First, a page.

The most moderate opinion and the one most likely to be correct is in favor of practicing circumcision in the moderate Islamic way indicated in some of the Prophet’s hadiths even though such hadiths are not confirmed to be authentic. It is reported that the Prophet (peace and blessings be upon him) said to a midwife: “Reduce the size of the clitoris but do not exceed the limit, for that is better for her health and is preferred by husbands”. The hadith indicates that circumcision is better for a woman’s health and it enhances her conjugal relation with her husband. Its noteworthy that the Prophet’s saying “do not exceed the limit” means do not totally remove the clitoris.
Anyhow, it is not obligatory, whoever finds it serving the interest of his daughters should do it, and I personally support this under the current circumstances in the modern world. But whoever chooses not to do it is not considered to have committed a sin for it is mainly meant to dignify women as held by scholars.
As a Muslim woman , I find it interesting in todays world when Europe and the Americas finds female circumcision as abhorrent and calls it Female Genital Mutilation but finds labiaplasty , clitoridectomy, Vaginoplasty fanciful and calls them Female Genital Cosmetic Surgery.
What do these terms mean?
Labiaplasty is plastic surgery of the labia majora and/or the labia minora, which are the external folds of skin surrounding the structures of the vulva. The procedure involves reducing the size of one or both sets of labia. Clitoridectomy (Clitoral hood reduction) is an operation which repositions the protruding clitoris and reduces the length and projection of the clitoral hood. Vaginoplasty is the surgical modification of the female vagina. The most frequent vaginoplasty procedure is the narrowing of the vaginal opening to make it firmer.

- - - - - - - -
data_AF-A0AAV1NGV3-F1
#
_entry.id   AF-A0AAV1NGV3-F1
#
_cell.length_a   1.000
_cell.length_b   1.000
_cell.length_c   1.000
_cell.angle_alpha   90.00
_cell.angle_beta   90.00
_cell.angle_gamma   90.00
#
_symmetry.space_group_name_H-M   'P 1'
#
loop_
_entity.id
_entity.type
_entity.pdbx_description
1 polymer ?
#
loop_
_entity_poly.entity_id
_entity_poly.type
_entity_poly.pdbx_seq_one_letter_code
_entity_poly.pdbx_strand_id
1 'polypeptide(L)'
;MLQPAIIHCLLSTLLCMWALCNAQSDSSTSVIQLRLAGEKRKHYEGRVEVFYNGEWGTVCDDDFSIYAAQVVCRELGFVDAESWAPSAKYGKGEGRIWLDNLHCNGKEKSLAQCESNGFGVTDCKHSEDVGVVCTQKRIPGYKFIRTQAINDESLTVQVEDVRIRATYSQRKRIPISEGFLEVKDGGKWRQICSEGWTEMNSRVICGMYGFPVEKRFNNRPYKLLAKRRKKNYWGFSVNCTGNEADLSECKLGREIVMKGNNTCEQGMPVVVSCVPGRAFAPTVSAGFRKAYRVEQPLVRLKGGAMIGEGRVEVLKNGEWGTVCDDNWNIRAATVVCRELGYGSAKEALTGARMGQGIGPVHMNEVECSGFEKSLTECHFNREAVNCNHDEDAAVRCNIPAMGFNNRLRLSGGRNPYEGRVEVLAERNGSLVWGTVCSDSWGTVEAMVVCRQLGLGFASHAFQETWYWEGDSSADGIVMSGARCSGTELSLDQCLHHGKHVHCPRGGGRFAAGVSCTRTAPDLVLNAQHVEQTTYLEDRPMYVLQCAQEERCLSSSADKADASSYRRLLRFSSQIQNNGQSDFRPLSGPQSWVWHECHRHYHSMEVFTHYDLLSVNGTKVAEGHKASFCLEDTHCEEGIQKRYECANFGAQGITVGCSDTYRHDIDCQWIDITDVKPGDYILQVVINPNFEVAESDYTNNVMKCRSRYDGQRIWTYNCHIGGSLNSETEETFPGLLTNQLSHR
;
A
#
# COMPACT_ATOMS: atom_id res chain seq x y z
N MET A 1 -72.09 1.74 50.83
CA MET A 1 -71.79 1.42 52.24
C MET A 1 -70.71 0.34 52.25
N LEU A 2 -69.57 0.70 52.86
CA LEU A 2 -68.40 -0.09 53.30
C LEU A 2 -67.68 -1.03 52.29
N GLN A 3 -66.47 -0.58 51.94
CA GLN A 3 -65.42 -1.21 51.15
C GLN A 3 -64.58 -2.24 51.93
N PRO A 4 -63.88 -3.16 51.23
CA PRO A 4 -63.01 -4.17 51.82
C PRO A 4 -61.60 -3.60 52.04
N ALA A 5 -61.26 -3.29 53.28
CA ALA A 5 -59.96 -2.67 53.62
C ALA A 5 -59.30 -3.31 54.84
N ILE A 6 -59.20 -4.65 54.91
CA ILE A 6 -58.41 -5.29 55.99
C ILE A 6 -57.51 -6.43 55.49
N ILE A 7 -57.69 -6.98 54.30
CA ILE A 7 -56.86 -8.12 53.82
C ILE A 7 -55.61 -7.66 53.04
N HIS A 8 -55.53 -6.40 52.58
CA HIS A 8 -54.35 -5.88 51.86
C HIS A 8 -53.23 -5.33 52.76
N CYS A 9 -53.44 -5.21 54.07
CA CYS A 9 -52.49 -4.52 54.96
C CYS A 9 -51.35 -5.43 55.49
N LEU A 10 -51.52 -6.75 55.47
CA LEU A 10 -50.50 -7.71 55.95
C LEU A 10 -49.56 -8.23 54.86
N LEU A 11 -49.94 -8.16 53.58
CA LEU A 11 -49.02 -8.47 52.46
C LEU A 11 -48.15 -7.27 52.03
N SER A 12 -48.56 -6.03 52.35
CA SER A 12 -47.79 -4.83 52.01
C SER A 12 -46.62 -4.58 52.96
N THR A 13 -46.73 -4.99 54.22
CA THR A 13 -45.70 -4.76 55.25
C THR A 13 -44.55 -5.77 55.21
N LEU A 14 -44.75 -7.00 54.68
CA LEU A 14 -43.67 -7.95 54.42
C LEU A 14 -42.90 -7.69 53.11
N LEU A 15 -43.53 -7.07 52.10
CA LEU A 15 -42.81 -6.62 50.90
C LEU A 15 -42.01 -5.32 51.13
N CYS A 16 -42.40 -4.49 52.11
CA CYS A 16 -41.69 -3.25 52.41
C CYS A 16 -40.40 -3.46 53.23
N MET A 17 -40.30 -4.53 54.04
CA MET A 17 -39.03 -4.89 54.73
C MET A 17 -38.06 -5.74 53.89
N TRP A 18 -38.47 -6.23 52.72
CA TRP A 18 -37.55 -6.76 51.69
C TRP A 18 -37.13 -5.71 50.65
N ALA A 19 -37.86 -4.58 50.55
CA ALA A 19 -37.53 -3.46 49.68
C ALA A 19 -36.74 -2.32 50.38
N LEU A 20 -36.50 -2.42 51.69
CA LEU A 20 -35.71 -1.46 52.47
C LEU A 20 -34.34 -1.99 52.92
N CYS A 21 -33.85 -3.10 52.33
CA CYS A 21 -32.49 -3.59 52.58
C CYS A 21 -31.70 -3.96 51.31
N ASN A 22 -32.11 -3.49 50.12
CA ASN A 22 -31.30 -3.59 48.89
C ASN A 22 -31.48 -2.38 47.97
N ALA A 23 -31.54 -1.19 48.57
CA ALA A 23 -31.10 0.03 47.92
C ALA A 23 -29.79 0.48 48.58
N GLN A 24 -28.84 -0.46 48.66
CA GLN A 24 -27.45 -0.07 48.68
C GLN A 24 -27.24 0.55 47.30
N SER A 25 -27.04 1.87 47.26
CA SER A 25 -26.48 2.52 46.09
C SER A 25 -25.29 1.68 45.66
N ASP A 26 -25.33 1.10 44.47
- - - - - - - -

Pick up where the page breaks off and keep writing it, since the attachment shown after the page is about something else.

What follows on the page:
These operations involve cutting that includes full or partial amputation of the labia or clitoris, as well as procedures to narrow or tighten the vaginaall hallmarks of circumcision and infibulation.
I regard all these as coming under the WHO definition of Female Genital Mutilation since they are not for any therapeutic purpose. See types 1-3 above.
Would one now say that these latter ones are okay because they are sweeping across the west now and What a world of double standards?
What Islam allows is not mutilation but a way to dignify women and improve her health generally.
I hope to leave you with this quote of a prominent London obstetrician, Isaac Baker Brown
Clitoridectomy is neither more nor less than circumcision of the female; and as certainly as that no man who has been circumcised has been injured in his natural functions, so it is equally certain that no woman who has undergone the operation has lost one particle of the natural function of her organs.
Female Genital Mutilation: Report of a WHO Technical Working Group, Geneva, July 1995. (World Health Organization: Geneva, 1996)
“Replies to the remarks of the Council”, Medical Times and Gazette, 13 April 1867, p. 391
Elizabeth A. Sheehan, “Victorian clitoridectomy: Isaac Baker Brown and his harmless operation”, in Roger N. Lancaster and Micaela di Leonardo (eds), The gender/sexuality reader: Culture, history, political economy (London: Routledge, 1997)
By Sherifah A. F. Yusuf-Ajibade (Mrs.)